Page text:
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What Is Polycarbonate Glass?

What Is Polycarbonate Glass? | 3D Printing Spot

Updated by

William Stone


January 9, 2023

3D prints can be made with a wide variety of materials, depending on how you want it. One popular choice is polycarbonate glass. What is polycarbonate?

You've probably heard of polycarbonate in some ways for its industrial and safety uses. How does this work in the world of 3D printing?

Polycarbonate “glass” is really plastic. In the case of 3D printing, it is often used when the item being printed needs to be very tough, flexible, and light. Polycarbonate is most commonly used when making safety glass or when the item needs to be resistant to weather.

We'll discuss how polycarbonate from a 3D printer is different from other 3D printer filaments. We'll also go into some detail about the difference between polycarbonate plastic and glass.

We've done plenty of research in addition to our own 3D printing. We appreciate polycarbonate for its ability to resist just about anything, too.

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Table of Contents

What is polycarbonate glass?

First, let's clarify what to call this particular kind of plastic. Polycarbonate and glass aren't quite the same things. They have unique qualities and some advantages and disadvantages over one another that we'll discuss later.

Polycarbonate is produced with a mix of glass with a couple of well-known plastics with carbons – hence the name polycarbonate. While there has been some concern about the use of BPA within polycarbonate, there are now some BPA-free polycarbonates.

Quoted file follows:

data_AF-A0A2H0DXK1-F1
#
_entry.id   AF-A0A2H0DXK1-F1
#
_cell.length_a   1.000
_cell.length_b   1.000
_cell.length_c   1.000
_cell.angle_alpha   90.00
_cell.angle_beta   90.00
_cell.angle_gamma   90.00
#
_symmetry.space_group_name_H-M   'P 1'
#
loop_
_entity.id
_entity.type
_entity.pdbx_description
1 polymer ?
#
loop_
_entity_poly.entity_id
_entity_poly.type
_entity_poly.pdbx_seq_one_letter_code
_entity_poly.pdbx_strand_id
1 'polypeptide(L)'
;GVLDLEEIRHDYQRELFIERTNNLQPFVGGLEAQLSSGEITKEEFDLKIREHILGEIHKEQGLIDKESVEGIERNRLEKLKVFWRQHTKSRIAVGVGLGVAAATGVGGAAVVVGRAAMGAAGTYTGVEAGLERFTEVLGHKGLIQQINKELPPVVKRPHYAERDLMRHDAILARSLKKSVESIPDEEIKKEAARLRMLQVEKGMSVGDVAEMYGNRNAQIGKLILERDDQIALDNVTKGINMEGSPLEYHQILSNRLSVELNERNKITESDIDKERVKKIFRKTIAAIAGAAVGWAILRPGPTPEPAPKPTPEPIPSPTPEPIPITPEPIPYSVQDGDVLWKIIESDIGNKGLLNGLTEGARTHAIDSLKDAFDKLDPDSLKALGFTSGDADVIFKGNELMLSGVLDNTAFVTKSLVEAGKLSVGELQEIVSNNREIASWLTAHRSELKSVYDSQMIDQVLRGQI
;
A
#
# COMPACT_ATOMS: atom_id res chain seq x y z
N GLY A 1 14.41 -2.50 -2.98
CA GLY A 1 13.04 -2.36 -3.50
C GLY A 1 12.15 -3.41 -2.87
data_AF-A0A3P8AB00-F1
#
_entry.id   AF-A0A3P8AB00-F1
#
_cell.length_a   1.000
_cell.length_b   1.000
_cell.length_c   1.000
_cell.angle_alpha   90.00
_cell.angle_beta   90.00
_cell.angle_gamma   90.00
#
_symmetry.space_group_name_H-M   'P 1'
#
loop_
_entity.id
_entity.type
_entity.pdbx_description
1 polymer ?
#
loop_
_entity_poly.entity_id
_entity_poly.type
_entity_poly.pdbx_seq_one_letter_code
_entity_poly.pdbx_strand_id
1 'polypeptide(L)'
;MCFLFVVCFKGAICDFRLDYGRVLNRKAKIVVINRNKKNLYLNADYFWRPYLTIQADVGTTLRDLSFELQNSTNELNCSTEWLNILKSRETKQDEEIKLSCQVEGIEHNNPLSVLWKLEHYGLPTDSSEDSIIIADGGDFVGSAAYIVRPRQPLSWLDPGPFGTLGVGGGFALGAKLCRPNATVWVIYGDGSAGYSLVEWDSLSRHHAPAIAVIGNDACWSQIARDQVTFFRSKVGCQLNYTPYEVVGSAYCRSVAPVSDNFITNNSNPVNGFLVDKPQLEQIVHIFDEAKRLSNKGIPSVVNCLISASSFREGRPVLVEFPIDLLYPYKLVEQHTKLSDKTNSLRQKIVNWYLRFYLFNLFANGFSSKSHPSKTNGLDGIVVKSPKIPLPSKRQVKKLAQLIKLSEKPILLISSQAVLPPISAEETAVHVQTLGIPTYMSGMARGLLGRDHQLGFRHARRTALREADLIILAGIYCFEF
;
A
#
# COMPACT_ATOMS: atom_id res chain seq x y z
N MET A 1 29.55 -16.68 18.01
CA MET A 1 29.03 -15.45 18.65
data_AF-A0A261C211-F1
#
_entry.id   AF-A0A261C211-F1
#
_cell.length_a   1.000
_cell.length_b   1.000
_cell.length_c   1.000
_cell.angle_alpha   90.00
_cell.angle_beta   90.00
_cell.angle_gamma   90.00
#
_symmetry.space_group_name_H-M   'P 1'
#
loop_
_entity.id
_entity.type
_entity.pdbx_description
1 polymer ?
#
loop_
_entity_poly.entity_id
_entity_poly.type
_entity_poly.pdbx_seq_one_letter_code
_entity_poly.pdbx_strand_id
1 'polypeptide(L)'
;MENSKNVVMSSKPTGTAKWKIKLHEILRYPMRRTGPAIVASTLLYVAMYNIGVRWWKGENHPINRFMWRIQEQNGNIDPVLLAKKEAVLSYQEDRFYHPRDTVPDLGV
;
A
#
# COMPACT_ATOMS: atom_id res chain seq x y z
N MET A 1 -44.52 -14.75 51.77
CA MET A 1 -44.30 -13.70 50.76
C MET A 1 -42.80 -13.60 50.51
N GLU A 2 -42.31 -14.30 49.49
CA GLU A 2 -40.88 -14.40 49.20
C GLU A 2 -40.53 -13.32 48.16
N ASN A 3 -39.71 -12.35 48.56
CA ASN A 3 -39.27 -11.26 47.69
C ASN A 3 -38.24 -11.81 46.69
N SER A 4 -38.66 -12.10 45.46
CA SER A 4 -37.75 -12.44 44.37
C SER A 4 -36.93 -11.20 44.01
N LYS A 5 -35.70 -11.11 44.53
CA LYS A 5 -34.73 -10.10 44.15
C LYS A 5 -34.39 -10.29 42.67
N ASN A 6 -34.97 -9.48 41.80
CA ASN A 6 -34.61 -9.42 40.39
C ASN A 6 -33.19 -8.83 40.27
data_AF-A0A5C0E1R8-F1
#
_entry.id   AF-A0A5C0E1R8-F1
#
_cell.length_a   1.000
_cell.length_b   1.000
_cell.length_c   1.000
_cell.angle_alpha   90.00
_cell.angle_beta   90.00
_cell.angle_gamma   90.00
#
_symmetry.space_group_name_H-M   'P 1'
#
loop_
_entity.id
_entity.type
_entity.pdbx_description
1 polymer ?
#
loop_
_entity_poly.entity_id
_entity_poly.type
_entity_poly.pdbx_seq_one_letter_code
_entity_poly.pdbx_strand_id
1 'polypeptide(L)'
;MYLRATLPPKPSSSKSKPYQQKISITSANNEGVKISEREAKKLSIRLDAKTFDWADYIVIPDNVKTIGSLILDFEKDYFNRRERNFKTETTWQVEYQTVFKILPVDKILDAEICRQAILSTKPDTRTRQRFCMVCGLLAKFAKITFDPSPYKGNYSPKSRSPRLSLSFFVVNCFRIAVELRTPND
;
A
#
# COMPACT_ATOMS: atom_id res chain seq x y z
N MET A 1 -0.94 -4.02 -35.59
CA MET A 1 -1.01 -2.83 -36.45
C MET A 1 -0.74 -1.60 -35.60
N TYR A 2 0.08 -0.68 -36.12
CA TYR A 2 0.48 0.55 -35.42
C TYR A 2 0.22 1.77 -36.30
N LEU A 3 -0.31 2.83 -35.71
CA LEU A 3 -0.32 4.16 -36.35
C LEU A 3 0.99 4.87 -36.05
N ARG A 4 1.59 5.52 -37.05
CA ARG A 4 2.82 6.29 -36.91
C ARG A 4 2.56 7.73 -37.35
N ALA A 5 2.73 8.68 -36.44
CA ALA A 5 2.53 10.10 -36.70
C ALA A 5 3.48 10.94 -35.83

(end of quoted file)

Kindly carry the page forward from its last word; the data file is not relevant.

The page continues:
What is polycarbonate useful in?

The most common item commonly made of polycarbonate is something you probably see every day – eyeglass lenses. Polycarbonate acts as a natural UV filter, so it is a great plastic to use for the purpose of offering some relief to your eyes.

In addition, polycarbonate is very strong, flexible, and even shatter-resistant. For a piece of plastic close to your eye, that is fairly ideal! Polycarbonate is also used for other purposes, like greenhouses and lots of other industrial applications.

How is polycarbonate different from glass?

There are some key differences between polycarbonate and glass. Glass is generally cheaper, though it is also more likely to shatter or break when struck or if it falls. Polycarbonate is hundreds of times stronger than glass and much lighter, making it ideal for carrying around or on anything that requires less weight.

There are some small disadvantages to polycarbonate compared to glass. Polycarbonate can scratch, so if you want an item that is scratch resistant, you might be better off with a different plastic. However, if you can live with a scratch instead of a shatter – which glass can do, you might welcome the scratch instead! While we don't have specifics, polycarbonate is also more expensive.

Glass is a bit different, as it requires a higher temperature for printing. In the context of 3D printing, you are more likely to print onto glass than you are to actually print with glass.

How do you print with polycarbonate?

Given that you know that polycarbonate is sometimes used for safety devices like bulletproof glass and eyeglasses, it's hard to imagine being able to “print” with it.